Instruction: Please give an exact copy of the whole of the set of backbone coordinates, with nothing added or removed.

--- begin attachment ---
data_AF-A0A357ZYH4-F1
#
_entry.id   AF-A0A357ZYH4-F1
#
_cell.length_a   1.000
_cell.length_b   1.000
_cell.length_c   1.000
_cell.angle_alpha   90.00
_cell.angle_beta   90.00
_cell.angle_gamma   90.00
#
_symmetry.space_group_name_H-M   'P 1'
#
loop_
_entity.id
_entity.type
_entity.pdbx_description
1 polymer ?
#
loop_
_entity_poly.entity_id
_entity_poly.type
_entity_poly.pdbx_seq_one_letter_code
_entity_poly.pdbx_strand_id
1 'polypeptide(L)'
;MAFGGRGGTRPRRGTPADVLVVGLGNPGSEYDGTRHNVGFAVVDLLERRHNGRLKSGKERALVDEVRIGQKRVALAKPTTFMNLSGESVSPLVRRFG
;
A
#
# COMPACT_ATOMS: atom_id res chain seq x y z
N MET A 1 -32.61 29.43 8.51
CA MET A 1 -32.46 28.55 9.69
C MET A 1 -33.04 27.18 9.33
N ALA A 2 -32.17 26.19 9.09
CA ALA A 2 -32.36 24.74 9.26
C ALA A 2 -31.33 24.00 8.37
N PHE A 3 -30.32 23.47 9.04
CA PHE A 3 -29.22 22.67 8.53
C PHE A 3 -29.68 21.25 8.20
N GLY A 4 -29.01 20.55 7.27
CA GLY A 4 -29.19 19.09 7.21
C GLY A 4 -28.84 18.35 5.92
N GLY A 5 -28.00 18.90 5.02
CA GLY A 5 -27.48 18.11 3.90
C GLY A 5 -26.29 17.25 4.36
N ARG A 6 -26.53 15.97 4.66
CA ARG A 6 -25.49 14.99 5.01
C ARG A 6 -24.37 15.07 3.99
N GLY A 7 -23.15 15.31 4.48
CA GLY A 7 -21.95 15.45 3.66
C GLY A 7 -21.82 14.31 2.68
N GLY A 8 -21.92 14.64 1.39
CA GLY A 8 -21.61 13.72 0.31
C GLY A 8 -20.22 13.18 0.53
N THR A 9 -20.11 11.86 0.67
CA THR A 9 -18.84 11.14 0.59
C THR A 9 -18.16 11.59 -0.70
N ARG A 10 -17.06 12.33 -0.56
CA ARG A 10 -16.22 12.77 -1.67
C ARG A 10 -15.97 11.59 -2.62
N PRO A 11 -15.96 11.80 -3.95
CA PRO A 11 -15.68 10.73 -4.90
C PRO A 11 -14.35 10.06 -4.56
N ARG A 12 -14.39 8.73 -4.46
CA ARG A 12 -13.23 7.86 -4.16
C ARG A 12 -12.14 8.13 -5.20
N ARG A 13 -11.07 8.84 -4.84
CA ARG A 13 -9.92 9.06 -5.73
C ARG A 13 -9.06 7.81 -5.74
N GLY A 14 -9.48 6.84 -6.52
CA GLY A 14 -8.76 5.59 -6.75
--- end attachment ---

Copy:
data_AF-A0A357ZYH4-F1
#
_entry.id   AF-A0A357ZYH4-F1
#
_cell.length_a   1.000
_cell.length_b   1.000
_cell.length_c   1.000
_cell.angle_alpha   90.00
_cell.angle_beta   90.00
_cell.angle_gamma   90.00
#
_symmetry.space_group_name_H-M   'P 1'
#
loop_
_entity.id
_entity.type
_entity.pdbx_description
1 polymer ?
#
loop_
_entity_poly.entity_id
_entity_poly.type
_entity_poly.pdbx_seq_one_letter_code
_entity_poly.pdbx_strand_id
1 'polypeptide(L)'
;MAFGGRGGTRPRRGTPADVLVVGLGNPGSEYDGTRHNVGFAVVDLLERRHNGRLKSGKERALVDEVRIGQKRVALAKPTTFMNLSGESVSPLVRRFG
;
A
#
# COMPACT_ATOMS: atom_id res chain seq x y z
N MET A 1 -32.61 29.43 8.51
CA MET A 1 -32.46 28.55 9.69
C MET A 1 -33.04 27.18 9.33
N ALA A 2 -32.17 26.19 9.09
CA ALA A 2 -32.36 24.74 9.26
C ALA A 2 -31.33 24.00 8.37
N PHE A 3 -30.32 23.47 9.04
CA PHE A 3 -29.22 22.67 8.53
C PHE A 3 -29.68 21.25 8.20
N GLY A 4 -29.01 20.55 7.27
CA GLY A 4 -29.19 19.09 7.21
C GLY A 4 -28.84 18.35 5.92
N GLY A 5 -28.00 18.90 5.02
CA GLY A 5 -27.48 18.11 3.90
C GLY A 5 -26.29 17.25 4.36
N ARG A 6 -26.53 15.97 4.66
CA ARG A 6 -25.49 14.99 5.01
C ARG A 6 -24.37 15.07 3.99
N GLY A 7 -23.15 15.31 4.48
CA GLY A 7 -21.95 15.45 3.66
C GLY A 7 -21.82 14.31 2.68
N GLY A 8 -21.92 14.64 1.39
CA GLY A 8 -21.61 13.72 0.31
C GLY A 8 -20.22 13.18 0.53
N THR A 9 -20.11 11.86 0.67
CA THR A 9 -18.84 11.14 0.59
C THR A 9 -18.16 11.59 -0.70
N ARG A 10 -17.06 12.33 -0.56
CA ARG A 10 -16.22 12.77 -1.67
C ARG A 10 -15.97 11.59 -2.62
N PRO A 11 -15.96 11.80 -3.95
CA PRO A 11 -15.68 10.73 -4.90
C PRO A 11 -14.35 10.06 -4.56
N ARG A 12 -14.39 8.73 -4.46
CA ARG A 12 -13.23 7.86 -4.16
C ARG A 12 -12.14 8.13 -5.20
N ARG A 13 -11.07 8.84 -4.84
CA ARG A 13 -9.92 9.06 -5.73
C ARG A 13 -9.06 7.81 -5.74
N GLY A 14 -9.48 6.84 -6.52
CA GLY A 14 -8.76 5.59 -6.75